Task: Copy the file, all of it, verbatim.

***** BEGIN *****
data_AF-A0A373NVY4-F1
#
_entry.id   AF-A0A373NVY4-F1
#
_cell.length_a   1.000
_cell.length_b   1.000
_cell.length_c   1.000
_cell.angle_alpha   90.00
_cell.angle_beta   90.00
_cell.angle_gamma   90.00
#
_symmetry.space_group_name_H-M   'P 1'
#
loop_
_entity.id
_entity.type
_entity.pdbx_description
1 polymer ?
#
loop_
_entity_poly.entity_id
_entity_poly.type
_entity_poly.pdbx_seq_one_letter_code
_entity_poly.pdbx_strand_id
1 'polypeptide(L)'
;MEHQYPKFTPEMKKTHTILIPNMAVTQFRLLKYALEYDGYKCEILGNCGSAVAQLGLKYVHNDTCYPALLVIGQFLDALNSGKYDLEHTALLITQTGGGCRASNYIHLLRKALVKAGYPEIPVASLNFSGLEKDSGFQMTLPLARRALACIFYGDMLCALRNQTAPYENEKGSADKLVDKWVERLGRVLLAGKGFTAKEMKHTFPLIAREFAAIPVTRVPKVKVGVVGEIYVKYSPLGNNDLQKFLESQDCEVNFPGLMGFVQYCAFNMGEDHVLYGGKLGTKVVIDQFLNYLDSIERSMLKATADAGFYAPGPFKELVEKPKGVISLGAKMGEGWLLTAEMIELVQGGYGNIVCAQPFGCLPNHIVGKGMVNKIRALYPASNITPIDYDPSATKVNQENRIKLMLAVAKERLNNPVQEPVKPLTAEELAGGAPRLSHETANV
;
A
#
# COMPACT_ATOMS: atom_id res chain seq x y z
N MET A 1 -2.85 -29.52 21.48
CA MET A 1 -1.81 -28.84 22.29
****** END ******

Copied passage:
data_AF-A0A373NVY4-F1
#
_entry.id   AF-A0A373NVY4-F1
#
_cell.length_a   1.000
_cell.length_b   1.000
_cell.length_c   1.000
_cell.angle_alpha   90.00
_cell.angle_beta   90.00
_cell.angle_gamma   90.00
#
_symmetry.space_group_name_H-M   'P 1'
#
loop_
_entity.id
_entity.type
_entity.pdbx_description
1 polymer ?
#
loop_
_entity_poly.entity_id
_entity_poly.type
_entity_poly.pdbx_seq_one_letter_code
_entity_poly.pdbx_strand_id
1 'polypeptide(L)'
;MEHQYPKFTPEMKKTHTILIPNMAVTQFRLLKYALEYDGYKCEILGNCGSAVAQLGLKYVHNDTCYPALLVIGQFLDALNSGKYDLEHTALLITQTGGGCRASNYIHLLRKALVKAGYPEIPVASLNFSGLEKDSGFQMTLPLARRALACIFYGDMLCALRNQTAPYENEKGSADKLVDKWVERLGRVLLAGKGFTAKEMKHTFPLIAREFAAIPVTRVPKVKVGVVGEIYVKYSPLGNNDLQKFLESQDCEVNFPGLMGFVQYCAFNMGEDHVLYGGKLGTKVVIDQFLNYLDSIERSMLKATADAGFYAPGPFKELVEKPKGVISLGAKMGEGWLLTAEMIELVQGGYGNIVCAQPFGCLPNHIVGKGMVNKIRALYPASNITPIDYDPSATKVNQENRIKLMLAVAKERLNNPVQEPVKPLTAEELAGGAPRLSHETANV
;
A
#
# COMPACT_ATOMS: atom_id res chain seq x y z
N MET A 1 -2.85 -29.52 21.48
CA MET A 1 -1.81 -28.84 22.29